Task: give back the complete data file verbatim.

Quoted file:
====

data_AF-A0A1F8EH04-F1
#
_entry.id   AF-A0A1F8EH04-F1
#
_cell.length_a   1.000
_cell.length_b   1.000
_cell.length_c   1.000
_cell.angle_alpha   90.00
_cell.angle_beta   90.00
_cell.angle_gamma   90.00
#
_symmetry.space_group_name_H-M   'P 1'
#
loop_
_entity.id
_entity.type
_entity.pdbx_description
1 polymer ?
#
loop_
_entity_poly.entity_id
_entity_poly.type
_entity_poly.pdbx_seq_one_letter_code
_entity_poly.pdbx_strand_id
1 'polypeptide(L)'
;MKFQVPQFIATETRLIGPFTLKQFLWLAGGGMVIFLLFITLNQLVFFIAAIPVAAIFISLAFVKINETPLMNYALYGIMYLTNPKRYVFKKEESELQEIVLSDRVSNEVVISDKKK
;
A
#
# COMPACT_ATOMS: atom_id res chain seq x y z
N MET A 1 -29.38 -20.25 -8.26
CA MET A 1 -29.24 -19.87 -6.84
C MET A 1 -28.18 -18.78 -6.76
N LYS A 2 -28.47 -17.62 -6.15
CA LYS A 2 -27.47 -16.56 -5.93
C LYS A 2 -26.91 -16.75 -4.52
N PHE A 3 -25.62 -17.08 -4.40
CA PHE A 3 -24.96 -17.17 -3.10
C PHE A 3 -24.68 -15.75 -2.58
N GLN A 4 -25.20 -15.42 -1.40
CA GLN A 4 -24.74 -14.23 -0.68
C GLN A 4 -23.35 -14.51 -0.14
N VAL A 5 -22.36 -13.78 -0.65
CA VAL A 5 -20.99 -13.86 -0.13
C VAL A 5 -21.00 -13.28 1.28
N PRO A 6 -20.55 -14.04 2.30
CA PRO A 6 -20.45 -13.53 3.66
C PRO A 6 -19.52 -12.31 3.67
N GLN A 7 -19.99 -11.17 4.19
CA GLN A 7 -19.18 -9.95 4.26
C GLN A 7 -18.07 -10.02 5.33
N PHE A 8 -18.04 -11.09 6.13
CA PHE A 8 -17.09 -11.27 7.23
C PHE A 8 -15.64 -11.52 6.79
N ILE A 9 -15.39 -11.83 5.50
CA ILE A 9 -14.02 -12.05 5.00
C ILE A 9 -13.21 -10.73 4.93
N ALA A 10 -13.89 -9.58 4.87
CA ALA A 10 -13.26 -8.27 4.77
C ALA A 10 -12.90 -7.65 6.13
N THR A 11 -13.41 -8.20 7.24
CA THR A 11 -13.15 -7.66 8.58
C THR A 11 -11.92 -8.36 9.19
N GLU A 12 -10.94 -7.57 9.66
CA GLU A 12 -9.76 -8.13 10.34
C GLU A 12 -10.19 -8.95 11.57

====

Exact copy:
data_AF-A0A1F8EH04-F1
#
_entry.id   AF-A0A1F8EH04-F1
#
_cell.length_a   1.000
_cell.length_b   1.000
_cell.length_c   1.000
_cell.angle_alpha   90.00
_cell.angle_beta   90.00
_cell.angle_gamma   90.00
#
_symmetry.space_group_name_H-M   'P 1'
#
loop_
_entity.id
_entity.type
_entity.pdbx_description
1 polymer ?
#
loop_
_entity_poly.entity_id
_entity_poly.type
_entity_poly.pdbx_seq_one_letter_code
_entity_poly.pdbx_strand_id
1 'polypeptide(L)'
;MKFQVPQFIATETRLIGPFTLKQFLWLAGGGMVIFLLFITLNQLVFFIAAIPVAAIFISLAFVKINETPLMNYALYGIMYLTNPKRYVFKKEESELQEIVLSDRVSNEVVISDKKK
;
A
#
# COMPACT_ATOMS: atom_id res chain seq x y z
N MET A 1 -29.38 -20.25 -8.26
CA MET A 1 -29.24 -19.87 -6.84
C MET A 1 -28.18 -18.78 -6.76
N LYS A 2 -28.47 -17.62 -6.15
CA LYS A 2 -27.47 -16.56 -5.93
C LYS A 2 -26.91 -16.75 -4.52
N PHE A 3 -25.62 -17.08 -4.40
CA PHE A 3 -24.96 -17.17 -3.10
C PHE A 3 -24.68 -15.75 -2.58
N GLN A 4 -25.20 -15.42 -1.40
CA GLN A 4 -24.74 -14.23 -0.68
C GLN A 4 -23.35 -14.51 -0.14
N VAL A 5 -22.36 -13.78 -0.65
CA VAL A 5 -20.99 -13.86 -0.13
C VAL A 5 -21.00 -13.28 1.28
N PRO A 6 -20.55 -14.04 2.30
CA PRO A 6 -20.45 -13.53 3.66
C PRO A 6 -19.52 -12.31 3.67
N GLN A 7 -19.99 -11.17 4.19
CA GLN A 7 -19.18 -9.95 4.26
C GLN A 7 -18.07 -10.02 5.33
N PHE A 8 -18.04 -11.09 6.13
CA PHE A 8 -17.09 -11.27 7.23
C PHE A 8 -15.64 -11.52 6.79
N ILE A 9 -15.39 -11.83 5.50
CA ILE A 9 -14.02 -12.05 5.00
C ILE A 9 -13.21 -10.73 4.93
N ALA A 10 -13.89 -9.58 4.87
CA ALA A 10 -13.26 -8.27 4.77
C ALA A 10 -12.90 -7.65 6.13
N THR A 11 -13.41 -8.20 7.24
CA THR A 11 -13.15 -7.66 8.58
C THR A 11 -11.92 -8.36 9.19
N GLU A 12 -10.94 -7.57 9.66
CA GLU A 12 -9.76 -8.13 10.34
C GLU A 12 -10.19 -8.95 11.57